Editorial: Students should not ignore other post-high school opportunities

In the middle of college application season, students shouldn’t frantically apply and dive into things without necessarily considering the other options. Students, especially Gunn students, are under the notion that college is the only responsible option when it comes to post-high school life. This, however, is a completely false concept. There are many distinct alternatives that may even be more promising than setting out for a college degree.

In the middle of college application season, students shouldn’t frantically apply and dive into things without necessarily considering the other options. Students, especially Gunn students, are under the notion that college is the only responsible option when it comes to post-high school life. This, however, is a completely false concept. There are many distinct alternatives that may even be more promising than setting out for a college degree.

[pullquote]Students, especially Gunn students, are under the notion that college is the only responsible option when it comes to post-high school life. This, however, is a completely false concept.[/pullquote]

Simply said, a decent living necessitates at least some form of post-high school know-how. However, attending a school that charges tens of thousands of dollars a year is not the only option. In 2007, a survey taken by Time Magazine showed that 40 percent of students in state universities do not graduate in four years and instead earn their degree within six years. Using this rough estimate, that amounts to around $256,000 (including things like housing, food and tuition) out of pocket.

With the presumption that most students don’t have that kind of money lying around, students start their careers with accumulated debt from student loans. Yes, a degree earned gives one a competitive edge in the job market and gives an advantage in the long run. However, it also triggers potential long term student debt. According to FinAid.org, a resource that specializes in student financial aid, it takes 10 years, 120 payments at about $3,000 per month and over $100,000 in interest to repay the loan. Unless one can comfortably make $65,000 a year coming fresh out of college, this repayment can be simply impossible.

Career and technical opportunities simplify this process by eliminating heavy education fees and providing a better basis for getting jobs that pay well. One such opportunity is Universal Technical Institute (UTI). UTI offers courses where four out of five alumni walk out with a job within a year of completion of the subject. The more flexible hours even allow many students to work part-time while studying. Therefore, debt is generally not accumulated and leaves graduates with promising careers in the technology industry.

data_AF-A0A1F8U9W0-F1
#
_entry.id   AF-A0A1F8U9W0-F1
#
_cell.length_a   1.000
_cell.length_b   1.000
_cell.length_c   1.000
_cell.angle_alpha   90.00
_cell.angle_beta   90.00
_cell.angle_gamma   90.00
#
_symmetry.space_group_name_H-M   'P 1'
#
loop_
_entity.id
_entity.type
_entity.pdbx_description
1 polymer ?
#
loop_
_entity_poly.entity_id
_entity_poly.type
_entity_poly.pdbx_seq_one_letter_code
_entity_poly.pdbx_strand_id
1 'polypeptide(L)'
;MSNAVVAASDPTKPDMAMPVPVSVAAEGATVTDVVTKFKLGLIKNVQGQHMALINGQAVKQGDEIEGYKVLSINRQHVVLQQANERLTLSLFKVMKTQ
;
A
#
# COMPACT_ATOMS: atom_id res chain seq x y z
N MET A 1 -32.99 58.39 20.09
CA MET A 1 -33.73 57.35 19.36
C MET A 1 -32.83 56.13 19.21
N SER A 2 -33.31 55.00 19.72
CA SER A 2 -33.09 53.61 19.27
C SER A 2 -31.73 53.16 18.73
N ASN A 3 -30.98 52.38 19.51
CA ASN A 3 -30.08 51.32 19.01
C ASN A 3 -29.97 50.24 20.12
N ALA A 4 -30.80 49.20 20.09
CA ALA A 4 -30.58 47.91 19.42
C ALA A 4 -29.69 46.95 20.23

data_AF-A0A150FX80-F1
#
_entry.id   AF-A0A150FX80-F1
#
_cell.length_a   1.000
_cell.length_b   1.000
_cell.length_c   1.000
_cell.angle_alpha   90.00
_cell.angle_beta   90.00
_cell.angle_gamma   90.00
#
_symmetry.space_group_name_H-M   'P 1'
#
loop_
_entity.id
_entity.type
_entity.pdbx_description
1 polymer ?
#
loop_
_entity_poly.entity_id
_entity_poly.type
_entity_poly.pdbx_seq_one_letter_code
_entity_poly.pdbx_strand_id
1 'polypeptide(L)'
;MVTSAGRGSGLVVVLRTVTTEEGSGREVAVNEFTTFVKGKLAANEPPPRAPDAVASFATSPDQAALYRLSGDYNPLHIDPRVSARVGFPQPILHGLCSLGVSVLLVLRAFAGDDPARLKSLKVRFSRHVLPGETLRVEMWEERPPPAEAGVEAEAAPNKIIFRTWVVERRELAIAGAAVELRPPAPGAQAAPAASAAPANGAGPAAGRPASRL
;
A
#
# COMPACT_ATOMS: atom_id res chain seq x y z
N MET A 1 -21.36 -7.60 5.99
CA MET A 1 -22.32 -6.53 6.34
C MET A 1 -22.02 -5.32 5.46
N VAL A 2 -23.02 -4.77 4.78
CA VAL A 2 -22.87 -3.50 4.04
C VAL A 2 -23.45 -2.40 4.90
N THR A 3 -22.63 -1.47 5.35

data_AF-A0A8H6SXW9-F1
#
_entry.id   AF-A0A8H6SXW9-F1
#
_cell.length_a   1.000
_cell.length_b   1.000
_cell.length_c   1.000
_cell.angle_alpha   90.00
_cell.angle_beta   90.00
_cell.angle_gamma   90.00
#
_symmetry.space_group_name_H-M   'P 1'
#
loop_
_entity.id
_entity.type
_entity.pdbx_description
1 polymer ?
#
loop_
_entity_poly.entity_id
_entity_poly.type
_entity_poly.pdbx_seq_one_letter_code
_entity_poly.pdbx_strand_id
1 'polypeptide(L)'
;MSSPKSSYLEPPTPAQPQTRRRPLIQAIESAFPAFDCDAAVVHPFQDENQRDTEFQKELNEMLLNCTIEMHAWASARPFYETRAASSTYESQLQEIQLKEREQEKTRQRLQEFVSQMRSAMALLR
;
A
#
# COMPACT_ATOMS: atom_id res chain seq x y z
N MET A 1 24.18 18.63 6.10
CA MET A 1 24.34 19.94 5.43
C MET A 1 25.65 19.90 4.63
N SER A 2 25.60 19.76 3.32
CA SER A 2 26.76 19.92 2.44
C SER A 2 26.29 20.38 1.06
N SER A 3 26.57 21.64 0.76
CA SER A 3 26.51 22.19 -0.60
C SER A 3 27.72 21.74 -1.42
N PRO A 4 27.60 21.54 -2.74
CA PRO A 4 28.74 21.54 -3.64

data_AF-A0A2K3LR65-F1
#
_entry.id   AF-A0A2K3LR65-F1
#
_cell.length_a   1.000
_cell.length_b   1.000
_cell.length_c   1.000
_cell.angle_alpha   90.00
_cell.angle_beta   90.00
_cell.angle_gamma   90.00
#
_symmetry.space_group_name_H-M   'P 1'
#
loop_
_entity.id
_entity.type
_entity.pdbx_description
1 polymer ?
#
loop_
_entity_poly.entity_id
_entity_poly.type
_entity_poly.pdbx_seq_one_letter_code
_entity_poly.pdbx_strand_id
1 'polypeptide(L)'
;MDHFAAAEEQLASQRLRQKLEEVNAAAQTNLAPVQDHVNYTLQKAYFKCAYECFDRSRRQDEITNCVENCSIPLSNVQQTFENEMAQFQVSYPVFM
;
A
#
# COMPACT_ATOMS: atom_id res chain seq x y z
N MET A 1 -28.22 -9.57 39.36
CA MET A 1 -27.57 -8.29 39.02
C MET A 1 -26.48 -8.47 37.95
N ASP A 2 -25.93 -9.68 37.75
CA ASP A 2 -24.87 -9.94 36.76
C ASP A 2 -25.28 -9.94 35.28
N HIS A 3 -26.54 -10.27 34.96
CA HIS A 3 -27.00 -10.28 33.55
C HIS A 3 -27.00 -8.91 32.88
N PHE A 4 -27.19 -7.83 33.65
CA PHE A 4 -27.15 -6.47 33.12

In addition to technical training, other forms of direct career training suffice with minimal financial commitment. For example, internships (sometimes paid) can work better for jobs than a degree does, since the training is direct and only includes the necessary content. Similar to technical education, this retains the fiscal advantage.

Despite the apparent lack of academic education, probably the most neglected calling is the call of duty. No, not the best-selling video game franchise, but the line of military service. While this may sound like a radical pitch, it can really be the first step to living the picture-perfect American Dream. Not only that, it’s also a huge financial opportunity that many students overlook. The overwhelming number of benefits make it a very worthwhile practice. Considering the many perks, including medical care, welfare and special tax advan- tages, military work pays off. The work itself may include some of the most brutal and terrifying occurrences, but with that comes getting “an edge on life,” and unsurpassed pride and admiration.

Overall, students need to consider the many other options when it comes to life after high school. While college is the general go-to plan, there are many other possibilities that may yield better results.

—Unsigned editorials represent the majority opinion of the staff (assenting: 24; dissenting: 9)

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